Boris Johnson is dragging his scattergun campaign to No 10 on the back of Brexit ‘belief’ alone

The frontrunner is relying on the Tories doing what parties sometimes do – choosing a new leader to  overcompensate for the mistakes of their predecessors

Andrew Grice
Wednesday 03 July 2019 17:33
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Boris Johnson mistakes how much the national living wage is

Boris Johnson’s campaign has too many cooks whipping up their own policy mixes. As a result, his team is sending confusing and conflicting signals on what he would do as prime minister.

The frontrunner in the Tory leadership race was thrown on to the defensive over a plan to hand out tax cuts for people earning over £50,000. He insists his priority is those on low incomes. He declined to endorse the promise of a pay rise for public sector workers by Matt Hancock, one of his cabinet supporters. He denied knowledge of plans for a cull of seven Whitehall departments floated by another ally.

Today Boris outlined proposals to review “sin taxes” on sugary and fatty foods, just as Hancock, the health secretary, plans to extend the “sugar tax” to milkshakes.

“There are too many freelance operations,” one Boris backer admitted. It’s not the message discipline for which Sir Lynton Crosby, Johnson’s adviser, is famous. It is part of a wider problem: some Tories project on to Johnson what they want him to be. His desire to please everyone will mean trouble ahead, and not just on Brexit.

Allies admit that his rival Jeremy Hunt is putting up a tougher fight than they expected. There are signs that some Tory members have decided to back Hunt, impressed by him after sizing up both candidates at hustings events. So the result might be closer than Johnson would like – ideally, a mandate from at least 60 per cent of the membership. One senior Tory told me: “I reckon it’s 55 per cent [for Boris] to 45 per cent [Hunt].” Another said: “I predict 52 to 48,” only half joking.

No one knows. So Johnson allies are rattled by Hunt’s move on to their territory, with his hardening rhetoric about a no-deal exit, timed before members start to receive their ballot papers on Saturday. While some Hunt supporters are squeamish about the consequences of no deal, he calculates they have nowhere else to go, and is trying to neutralise his weakness amongst Tory members, two-thirds of whom back no deal.

Officially, the Johnson camp dismisses Hunt’s tougher language as more “flip-flopping”. But it has gone negative and personal, warning that Hunt would be a “pushover” for Brussels and would repeat Theresa May’s “disaster” by delaying Brexit beyond 31 October. Boris allies like to claim Hunt cannot believe in Brexit because, like May, he was a Remainer in 2016.

Andrea Leadsom, the former Commons leader, told Chopper’s Brexit podcast for The Daily Telegraph: “Not only is he [Johnson] a committed Brexiteer but he also believes in it. The thing I have learnt, is that if you didn’t believe in Brexit, it is very difficult to be a born again Brexiteer.” While she “admires” Remainers who respect the 2016 referendum result, she detects that their “heart is not in it”.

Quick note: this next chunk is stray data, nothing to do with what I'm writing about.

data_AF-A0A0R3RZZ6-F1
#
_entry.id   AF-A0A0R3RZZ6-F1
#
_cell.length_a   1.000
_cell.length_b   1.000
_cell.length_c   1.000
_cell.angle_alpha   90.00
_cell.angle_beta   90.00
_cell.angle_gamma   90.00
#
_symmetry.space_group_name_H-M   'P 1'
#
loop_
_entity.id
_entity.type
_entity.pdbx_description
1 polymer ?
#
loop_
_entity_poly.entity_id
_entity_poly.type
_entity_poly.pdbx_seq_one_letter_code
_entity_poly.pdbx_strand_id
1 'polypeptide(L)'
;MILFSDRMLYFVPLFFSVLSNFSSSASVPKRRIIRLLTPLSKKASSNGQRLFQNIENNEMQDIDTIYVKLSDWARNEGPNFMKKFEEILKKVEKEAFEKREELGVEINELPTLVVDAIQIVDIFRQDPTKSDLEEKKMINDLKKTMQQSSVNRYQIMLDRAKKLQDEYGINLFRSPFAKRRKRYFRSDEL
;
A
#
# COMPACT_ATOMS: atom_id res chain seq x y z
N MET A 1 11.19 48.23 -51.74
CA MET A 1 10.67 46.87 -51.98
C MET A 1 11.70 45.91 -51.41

Kwasi Kwarteng, the Brexit minister, told Sky News: “The worry is that Jeremy Hunt is in exactly the same position as Theresa May was in ... someone who backed Remain and has now seen the error of his ways.”

Civil servants are also viewed as unbelievers. Olly Robbins, the outgoing Brexit negotiator, is branded one of “the mandarin class” who, like May, view Brexit as a blow to be softened rather than a golden opportunity. This is unfair, since Robbins did May’s bidding.

So we now have purism as well as populism as Johnson plays to the party’s base. He pledges to “unite the party and then the country” – a message he will underline at a hustings in Scotland on Friday. He dismisses the idea he is a right-wing populist as “complete hysteria”, saying he proved the same critics wrong as London mayor. Yet at the hustings, he does not talk about the 48 per cent. It sometimes feels as if they do not exist in Borisland.

Johnson is relying on the Tories doing what parties sometimes do choosing a new leader to overcompensate for the mistakes of their predecessors. (Think Jeremy Corbyn and New Labour.)

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Johnson is “not May”, while Hunt is labelled “Theresa in trousers” and “May Mark 2”. Which is why Hunt tells Tory members he disagreed with May over the hated Irish backstop and never believed her deal would win Commons approval (but supported her as “a loyal foreign secretary”, unlike someone else he does not need to name).

At least Hunt dares to talk about the 48 per cent, promising a Brexit settlement that works for them as well as the 52 per cent. Johnson should beware, especially if the Commons forces him into a general election. Polls suggest a no-deal Brexit is supported by about 28 per cent of the public. How can he “unite the country” around a form of Brexit that no one voted for in 2016, and which the chancellor Philip Hammond warns will blow a £90bn hole in the public finances?

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